Hierarchical Game-Theoretic Models of Transparency in the Administrative State

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Hierarchical Game-Theoretic Models of Transparency in the Administrative State

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Title: Hierarchical Game-Theoretic Models of Transparency in the Administrative State
Author: Tai, Laurence
Citation: Tai, Laurence. 2013. Hierarchical Game-Theoretic Models of Transparency in the Administrative State. Doctoral dissertation, Harvard University.
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Abstract: This dissertation develops three game-theoretic models in each of its three chapters to explore the strategic implications of transparency in the administrative state. Each model contains a similar set of three players: a political principal, an agent representing an agency or a bureaucrat, and an interested third party. The models consider the utility of transparency as a tool for mitigating regulatory capture, in which the third party influences the agent to serve its interest rather than the principal's. Chapter 1, "Transparency and Media Scrutiny in the Regulatory Process," models transparency as the volume of records that the media receives from the agent, which raises the likelihood of news alleging low costs to the interest group after the agent's proposal of lax regulation. Such reports cost these two players and may deter the group from capturing the agent. Among other things, the model describes costs due to distorted policy proposals and loss of information when greater transparency causes inaccurate reports to increase along with accurate ones. In Chapter 2, "Transparency and Power in Rulemaking," transparency is a requirement for the agent to disclose an item of information, such as his message from the regulated party or his signal about the cost of regulation. The agent can always disclose this information, but doing so may increase the principal's power to set regulation higher than he or the regulated party desires. A key result is that transparency is not necessary for the principal to know as much as the agent does but may discourage the generation of the message or signal. Chapter 3, "A Reverse Rationale for Reliance on Regulators," suggests that an agent can benefit a principal not by gathering information from an outsider that she cannot access, but by preventing her from obtaining or acting on this information. The agent benefits the principal when he induces additional effort in the outside party's information generation because he is more adversarial toward that party than she is. Mandatory disclosure of the agent's information is harmful because it effectively allows the outsider to communicate directly with the principal and provide lower quality information.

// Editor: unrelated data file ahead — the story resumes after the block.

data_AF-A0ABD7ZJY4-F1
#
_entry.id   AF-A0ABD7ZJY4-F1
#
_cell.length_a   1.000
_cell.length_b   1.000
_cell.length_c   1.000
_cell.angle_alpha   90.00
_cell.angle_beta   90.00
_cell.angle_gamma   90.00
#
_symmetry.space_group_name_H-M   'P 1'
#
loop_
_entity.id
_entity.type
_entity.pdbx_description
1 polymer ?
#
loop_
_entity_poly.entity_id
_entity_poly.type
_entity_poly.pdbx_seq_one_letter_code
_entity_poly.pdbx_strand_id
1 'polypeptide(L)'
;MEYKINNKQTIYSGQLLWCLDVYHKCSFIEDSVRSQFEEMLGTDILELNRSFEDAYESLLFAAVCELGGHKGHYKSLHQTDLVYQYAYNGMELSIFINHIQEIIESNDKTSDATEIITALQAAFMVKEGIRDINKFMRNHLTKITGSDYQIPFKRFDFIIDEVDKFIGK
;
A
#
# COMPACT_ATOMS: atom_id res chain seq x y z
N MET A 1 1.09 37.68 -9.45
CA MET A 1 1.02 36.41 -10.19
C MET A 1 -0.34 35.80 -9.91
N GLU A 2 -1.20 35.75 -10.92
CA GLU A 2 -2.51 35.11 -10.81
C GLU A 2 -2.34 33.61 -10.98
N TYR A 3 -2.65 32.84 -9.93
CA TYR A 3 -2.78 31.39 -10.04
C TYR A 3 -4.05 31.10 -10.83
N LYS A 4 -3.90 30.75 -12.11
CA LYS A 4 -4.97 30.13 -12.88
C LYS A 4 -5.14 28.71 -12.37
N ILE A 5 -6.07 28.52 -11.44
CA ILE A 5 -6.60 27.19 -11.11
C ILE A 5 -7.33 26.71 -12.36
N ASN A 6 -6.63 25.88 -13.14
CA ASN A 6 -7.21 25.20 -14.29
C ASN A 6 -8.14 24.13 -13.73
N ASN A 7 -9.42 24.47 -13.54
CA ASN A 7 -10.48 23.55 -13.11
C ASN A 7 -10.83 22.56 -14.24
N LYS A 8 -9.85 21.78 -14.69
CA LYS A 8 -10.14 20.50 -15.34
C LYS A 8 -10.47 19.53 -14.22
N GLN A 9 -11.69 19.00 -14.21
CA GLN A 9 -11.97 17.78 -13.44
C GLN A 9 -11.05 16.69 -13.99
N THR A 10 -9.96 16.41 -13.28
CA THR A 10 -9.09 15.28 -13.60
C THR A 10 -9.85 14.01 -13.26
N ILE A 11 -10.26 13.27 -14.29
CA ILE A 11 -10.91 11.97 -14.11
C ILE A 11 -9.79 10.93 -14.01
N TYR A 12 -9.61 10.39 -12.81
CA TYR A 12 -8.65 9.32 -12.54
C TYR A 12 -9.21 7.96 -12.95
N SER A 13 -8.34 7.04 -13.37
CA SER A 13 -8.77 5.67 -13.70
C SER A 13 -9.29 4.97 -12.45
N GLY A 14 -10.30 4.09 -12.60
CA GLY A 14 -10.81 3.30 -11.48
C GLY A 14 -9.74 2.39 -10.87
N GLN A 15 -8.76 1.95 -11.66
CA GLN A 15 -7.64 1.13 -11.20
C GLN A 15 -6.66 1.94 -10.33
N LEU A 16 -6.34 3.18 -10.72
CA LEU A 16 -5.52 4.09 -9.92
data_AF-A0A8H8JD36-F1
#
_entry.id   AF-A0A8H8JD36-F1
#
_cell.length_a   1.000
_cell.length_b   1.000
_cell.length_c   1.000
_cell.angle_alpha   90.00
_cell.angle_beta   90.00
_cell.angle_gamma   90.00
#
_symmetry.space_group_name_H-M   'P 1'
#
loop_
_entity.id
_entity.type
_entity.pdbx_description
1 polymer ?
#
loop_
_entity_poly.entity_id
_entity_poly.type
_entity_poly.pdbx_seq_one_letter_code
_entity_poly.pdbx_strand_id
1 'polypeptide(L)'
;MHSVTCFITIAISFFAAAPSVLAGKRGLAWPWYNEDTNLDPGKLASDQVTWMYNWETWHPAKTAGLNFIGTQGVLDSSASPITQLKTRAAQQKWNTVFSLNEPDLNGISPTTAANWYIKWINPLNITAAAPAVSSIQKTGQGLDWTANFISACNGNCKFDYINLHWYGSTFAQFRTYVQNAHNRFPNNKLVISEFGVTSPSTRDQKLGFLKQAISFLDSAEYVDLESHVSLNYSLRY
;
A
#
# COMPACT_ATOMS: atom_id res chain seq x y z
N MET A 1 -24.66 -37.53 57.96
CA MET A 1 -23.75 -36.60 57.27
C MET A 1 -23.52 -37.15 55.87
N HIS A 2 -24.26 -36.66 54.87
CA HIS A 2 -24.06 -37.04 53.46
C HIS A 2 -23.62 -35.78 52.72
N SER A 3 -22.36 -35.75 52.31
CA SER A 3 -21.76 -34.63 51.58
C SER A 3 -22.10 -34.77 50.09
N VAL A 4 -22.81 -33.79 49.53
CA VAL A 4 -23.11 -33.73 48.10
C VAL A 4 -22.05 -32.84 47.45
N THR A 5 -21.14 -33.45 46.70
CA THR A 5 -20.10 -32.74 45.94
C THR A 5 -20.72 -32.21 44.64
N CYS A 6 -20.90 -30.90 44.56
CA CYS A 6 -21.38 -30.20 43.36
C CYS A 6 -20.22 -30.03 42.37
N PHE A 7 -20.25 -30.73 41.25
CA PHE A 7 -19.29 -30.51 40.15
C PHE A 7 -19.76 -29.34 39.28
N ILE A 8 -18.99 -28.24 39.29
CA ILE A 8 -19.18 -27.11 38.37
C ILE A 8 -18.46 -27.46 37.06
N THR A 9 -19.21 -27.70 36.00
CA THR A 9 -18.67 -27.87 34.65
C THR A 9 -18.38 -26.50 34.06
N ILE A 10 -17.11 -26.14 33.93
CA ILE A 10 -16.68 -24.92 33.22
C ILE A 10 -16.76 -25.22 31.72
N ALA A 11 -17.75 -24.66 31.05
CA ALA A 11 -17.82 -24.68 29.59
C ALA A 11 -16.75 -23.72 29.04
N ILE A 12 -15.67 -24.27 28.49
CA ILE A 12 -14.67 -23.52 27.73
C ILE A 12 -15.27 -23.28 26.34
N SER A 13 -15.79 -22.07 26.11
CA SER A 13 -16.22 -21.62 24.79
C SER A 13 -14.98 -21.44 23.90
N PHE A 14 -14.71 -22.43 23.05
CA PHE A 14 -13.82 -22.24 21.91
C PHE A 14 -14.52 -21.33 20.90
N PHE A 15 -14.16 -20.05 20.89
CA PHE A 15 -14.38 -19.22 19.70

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Citable link to this page: http://nrs.harvard.edu/urn-3:HUL.InstRepos:11124840
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